(3)  a certified copy of the resolution authorizing the application.
O.C. 100-2013, s. 11.
CHAPTER III
HEALTH AND SOCIAL CRITERIA
DIVISION I
CRITERIA APPLICABLE TO ALL RESIDENCES
§ 1.  — General
12. The operator of a private seniors’ residence must, before receiving a resident, sign with the resident or the resident’s representative, if applicable, a written lease using the relevant form prescribed by paragraph 4 or 5 of section 1 of the Regulation respecting mandatory lease forms and the particulars of a notice to a new lessee (chapter R-8.1, r. 3). In every case, the operator must also use the form prescribed by section 2 of the Regulation.
O.C. 100-2013, s. 12.
13. The operator of a private seniors’ residence must hold and maintain current liability insurance coverage in a sufficient amount to cover any claim resulting from the operator’s general civil or professional liability, the minimum amounts of which are provided for in Schedule II.
The operator must also hold and maintain current separate insurance coverage concerning the liability of the residence’s directors and officers, where applicable.
The documents showing coverage under this section must be kept in the residence.
O.C. 100-2013, s. 13.
§ 2.  — Residents’ health and safety
14. The operator of a private seniors’ residence must make a call-for-help system available to each resident, enabling the resident to obtain, quickly and at all times, assistance from a staff member responsible for emergency calls. The person must be physically present in the residence and ensure access inside the residence by the emergency services, if applicable.
The call-for-help system may be fixed or mobile. If it is fixed, it must be accessible from the resident’s bed, in each of the private bathrooms or washrooms attached to the room or apartment, and in each shared bathroom or washroom of the residence.
The resident or the resident’s representative may refuse in writing the use of a mobile call-for-help system, where applicable.
O.C. 100-2013, s. 14.
15. The operator of a private seniors’ residence must establish a fire safety plan and keep it up to date.
The fire safety plan must contain, as a minimum,
(1)  the maximum time allowed to evacuate all residents;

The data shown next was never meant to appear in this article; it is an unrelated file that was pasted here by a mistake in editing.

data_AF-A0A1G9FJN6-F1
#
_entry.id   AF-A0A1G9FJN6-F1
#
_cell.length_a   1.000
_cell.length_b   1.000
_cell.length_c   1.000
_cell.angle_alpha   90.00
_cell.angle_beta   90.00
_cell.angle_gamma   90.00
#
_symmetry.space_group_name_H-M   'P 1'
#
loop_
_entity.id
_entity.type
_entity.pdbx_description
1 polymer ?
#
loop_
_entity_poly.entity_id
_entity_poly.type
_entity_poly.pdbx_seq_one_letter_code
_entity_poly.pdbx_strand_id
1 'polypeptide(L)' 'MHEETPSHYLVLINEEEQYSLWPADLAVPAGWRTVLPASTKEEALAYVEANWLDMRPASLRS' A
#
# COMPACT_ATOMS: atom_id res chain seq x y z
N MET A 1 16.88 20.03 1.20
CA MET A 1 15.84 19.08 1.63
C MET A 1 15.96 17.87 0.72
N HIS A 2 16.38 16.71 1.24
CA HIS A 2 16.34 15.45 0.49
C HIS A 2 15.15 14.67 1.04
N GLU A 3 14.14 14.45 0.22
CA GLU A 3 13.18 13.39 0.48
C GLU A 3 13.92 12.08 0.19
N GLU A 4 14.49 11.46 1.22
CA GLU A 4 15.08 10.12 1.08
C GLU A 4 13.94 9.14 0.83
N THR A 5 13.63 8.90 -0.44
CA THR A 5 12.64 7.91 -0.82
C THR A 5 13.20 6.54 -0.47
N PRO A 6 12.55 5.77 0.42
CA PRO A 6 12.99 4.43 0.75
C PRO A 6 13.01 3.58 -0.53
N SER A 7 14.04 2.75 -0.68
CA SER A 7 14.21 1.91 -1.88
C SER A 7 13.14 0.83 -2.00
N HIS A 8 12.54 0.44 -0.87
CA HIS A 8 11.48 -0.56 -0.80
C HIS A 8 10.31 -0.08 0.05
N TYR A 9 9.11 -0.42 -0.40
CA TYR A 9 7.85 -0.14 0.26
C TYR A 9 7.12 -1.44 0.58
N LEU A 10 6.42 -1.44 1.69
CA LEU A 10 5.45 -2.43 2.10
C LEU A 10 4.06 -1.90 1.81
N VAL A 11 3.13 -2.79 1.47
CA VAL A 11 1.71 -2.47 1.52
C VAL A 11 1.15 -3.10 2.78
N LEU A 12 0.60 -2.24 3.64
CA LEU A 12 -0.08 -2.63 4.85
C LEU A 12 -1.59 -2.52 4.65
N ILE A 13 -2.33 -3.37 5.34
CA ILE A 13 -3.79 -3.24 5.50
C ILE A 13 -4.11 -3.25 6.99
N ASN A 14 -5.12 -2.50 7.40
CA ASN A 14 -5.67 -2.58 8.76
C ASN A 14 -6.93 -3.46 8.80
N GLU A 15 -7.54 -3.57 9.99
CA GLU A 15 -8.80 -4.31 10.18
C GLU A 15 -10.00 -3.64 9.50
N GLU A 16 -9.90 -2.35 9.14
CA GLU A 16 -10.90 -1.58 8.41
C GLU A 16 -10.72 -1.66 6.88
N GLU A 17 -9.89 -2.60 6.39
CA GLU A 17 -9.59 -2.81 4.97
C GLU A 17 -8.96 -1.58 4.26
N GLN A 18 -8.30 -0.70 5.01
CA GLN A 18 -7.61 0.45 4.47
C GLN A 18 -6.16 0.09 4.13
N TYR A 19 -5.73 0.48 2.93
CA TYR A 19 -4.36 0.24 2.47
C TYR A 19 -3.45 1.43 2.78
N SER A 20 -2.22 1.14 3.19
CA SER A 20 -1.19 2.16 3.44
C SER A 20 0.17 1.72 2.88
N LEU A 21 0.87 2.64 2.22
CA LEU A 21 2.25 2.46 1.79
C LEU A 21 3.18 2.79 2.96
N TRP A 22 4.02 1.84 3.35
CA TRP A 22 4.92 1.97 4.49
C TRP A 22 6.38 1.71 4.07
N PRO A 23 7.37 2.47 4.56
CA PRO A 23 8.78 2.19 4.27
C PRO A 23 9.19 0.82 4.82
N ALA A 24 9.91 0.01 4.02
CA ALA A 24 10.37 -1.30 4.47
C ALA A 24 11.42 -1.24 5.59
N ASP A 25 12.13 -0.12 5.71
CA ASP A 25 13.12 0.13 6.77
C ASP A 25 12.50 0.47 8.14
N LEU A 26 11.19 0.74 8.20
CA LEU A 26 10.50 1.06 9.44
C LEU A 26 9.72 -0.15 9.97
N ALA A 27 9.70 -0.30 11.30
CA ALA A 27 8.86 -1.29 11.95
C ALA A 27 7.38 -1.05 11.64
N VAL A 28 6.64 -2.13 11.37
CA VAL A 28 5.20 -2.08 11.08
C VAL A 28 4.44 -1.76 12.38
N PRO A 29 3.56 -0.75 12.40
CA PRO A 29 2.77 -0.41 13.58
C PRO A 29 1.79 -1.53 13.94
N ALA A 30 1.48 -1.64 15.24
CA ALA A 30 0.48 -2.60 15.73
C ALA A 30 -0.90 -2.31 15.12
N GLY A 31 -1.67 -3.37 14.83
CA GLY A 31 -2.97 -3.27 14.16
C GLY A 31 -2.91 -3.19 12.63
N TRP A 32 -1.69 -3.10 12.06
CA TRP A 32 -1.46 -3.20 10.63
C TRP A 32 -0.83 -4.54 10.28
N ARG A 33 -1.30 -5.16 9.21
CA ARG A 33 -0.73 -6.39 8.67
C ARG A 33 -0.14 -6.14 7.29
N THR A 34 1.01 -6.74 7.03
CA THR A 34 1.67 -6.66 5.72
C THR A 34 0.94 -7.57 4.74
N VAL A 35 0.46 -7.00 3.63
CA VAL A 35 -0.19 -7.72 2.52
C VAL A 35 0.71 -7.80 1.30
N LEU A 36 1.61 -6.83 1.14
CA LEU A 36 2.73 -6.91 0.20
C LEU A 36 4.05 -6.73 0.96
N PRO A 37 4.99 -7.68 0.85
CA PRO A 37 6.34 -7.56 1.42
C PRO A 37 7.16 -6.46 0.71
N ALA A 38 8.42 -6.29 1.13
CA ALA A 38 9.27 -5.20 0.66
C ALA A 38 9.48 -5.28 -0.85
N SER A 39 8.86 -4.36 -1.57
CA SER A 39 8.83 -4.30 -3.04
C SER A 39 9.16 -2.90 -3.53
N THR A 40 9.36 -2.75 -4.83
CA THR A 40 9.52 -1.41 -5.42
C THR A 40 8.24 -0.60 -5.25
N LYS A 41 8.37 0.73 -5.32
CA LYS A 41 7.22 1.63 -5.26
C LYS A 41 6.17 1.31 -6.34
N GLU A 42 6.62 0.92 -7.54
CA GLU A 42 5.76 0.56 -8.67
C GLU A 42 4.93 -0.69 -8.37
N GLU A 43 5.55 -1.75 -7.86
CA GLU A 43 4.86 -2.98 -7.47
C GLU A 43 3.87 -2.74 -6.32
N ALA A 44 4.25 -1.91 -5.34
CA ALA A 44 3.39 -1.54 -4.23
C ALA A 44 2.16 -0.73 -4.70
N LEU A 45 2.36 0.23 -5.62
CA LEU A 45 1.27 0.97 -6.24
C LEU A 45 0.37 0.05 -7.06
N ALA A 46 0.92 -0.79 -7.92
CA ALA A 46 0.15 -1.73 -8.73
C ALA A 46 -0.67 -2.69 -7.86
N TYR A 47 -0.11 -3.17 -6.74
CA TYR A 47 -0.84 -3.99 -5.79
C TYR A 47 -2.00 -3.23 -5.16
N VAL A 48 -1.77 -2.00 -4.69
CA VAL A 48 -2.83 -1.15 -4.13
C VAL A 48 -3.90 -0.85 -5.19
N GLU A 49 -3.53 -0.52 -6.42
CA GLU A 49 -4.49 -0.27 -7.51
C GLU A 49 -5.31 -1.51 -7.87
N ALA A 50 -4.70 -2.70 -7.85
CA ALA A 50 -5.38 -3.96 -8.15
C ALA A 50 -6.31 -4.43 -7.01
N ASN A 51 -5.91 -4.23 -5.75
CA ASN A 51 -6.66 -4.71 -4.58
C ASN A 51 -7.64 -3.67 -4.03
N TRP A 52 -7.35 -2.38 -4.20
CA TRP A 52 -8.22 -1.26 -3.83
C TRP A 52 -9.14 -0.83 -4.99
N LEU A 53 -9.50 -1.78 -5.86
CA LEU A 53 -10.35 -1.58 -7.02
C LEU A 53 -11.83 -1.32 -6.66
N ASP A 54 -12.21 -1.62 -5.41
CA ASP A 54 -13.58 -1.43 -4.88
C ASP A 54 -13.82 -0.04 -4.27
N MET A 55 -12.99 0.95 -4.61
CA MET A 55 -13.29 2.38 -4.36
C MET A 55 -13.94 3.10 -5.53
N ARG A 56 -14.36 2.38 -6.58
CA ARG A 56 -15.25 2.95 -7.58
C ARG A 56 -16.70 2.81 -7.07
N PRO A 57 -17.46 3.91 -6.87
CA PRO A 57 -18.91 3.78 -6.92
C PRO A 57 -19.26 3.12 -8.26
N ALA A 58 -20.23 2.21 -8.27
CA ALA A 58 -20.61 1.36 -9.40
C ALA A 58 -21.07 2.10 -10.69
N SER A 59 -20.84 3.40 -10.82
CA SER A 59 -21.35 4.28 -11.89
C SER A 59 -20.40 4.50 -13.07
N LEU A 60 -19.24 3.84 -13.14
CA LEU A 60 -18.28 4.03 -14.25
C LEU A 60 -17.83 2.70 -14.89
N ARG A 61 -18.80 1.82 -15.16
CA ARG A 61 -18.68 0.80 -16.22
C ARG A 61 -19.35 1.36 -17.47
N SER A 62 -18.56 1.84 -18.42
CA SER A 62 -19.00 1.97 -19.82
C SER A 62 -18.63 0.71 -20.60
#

(2)  a list of the residents, specifying for each the measure or measures to be taken to ensure they are evacuated to a safe place;
(3)  the telephone numbers of the people who must be alerted in the event of a fire in order to provide housing for the residents;
(4)  the names of the staff members responsible, on each work shift, for applying the evacuation measures, and a description of their tasks;
(5)  a list of all firefighting equipment;
(6)  a sketch of each floor of the residence, showing the evacuation routes and the location of firefighting equipment;
(7)  the names and contact information of all organizations, establishments, institutions or individuals that have undertaken to provide assistance in the event of an evacuation of the residence and to take charge of the persons evacuated, along with a copy of the agreements signed;
(8)  a list of telephone numbers for the emergency services; and
(9)  observation reports from the evacuation drills carried out during the 3 previous years, if available.
The operator establishes the fire safety plan using the guide La prévention des incendies et l’évacuation des résidences hébergeant des personnes âgées and its supplement, published by the Ministère de la Sécurité publique, and keeps it in the residence.
A copy of the plan must be kept near the main entrance of the residence for use by the emergency services. In addition, the sketch referred to in subparagraph 6 of the first paragraph must be posted on each floor of the residence in a place accessible to the public.
All staff members must be informed regularly of the content of the plan and of the specific tasks they are to perform in the event of an evacuation.
O.C. 100-2013, s. 15.
16. All dangerous products must be stored in a secure storage space under lock and key.
O.C. 100-2013, s. 16.
17. The operator of a private seniors’ residence must establish, publicize and enforce, within the residence, the procedures to be followed in case of danger to the life and integrity of a resident, the death of a resident, the unexplained absence of a resident and of a heat wave advisory. The procedures must include at least the actions provided for in Schedule III.
O.C. 100-2013, s. 17.
18. The operator must make staff members aware of the Guide de prévention des infections dans les résidences privées pour aînés published by the Direction générale de la santé publique of the Ministère de la Santé et des Services sociaux.
O.C. 100-2013, s. 18.
19. The operator must ensure that staff members attest, in writing, that they are aware of the procedures and guide referred to in sections 17 and 18, respectively.
The attestation must be placed in the files kept pursuant to section 65.
O.C. 100-2013, s. 19.
20. Professional activities carried out in a residence, within the framework of the services provided by the operator, must be carried out by members in good standing of the professional order concerned or by persons who, even if they are not members of the professional order concerned, are authorized to carry out such activities pursuant to an Act or a regulation.
O.C. 100-2013, s. 20.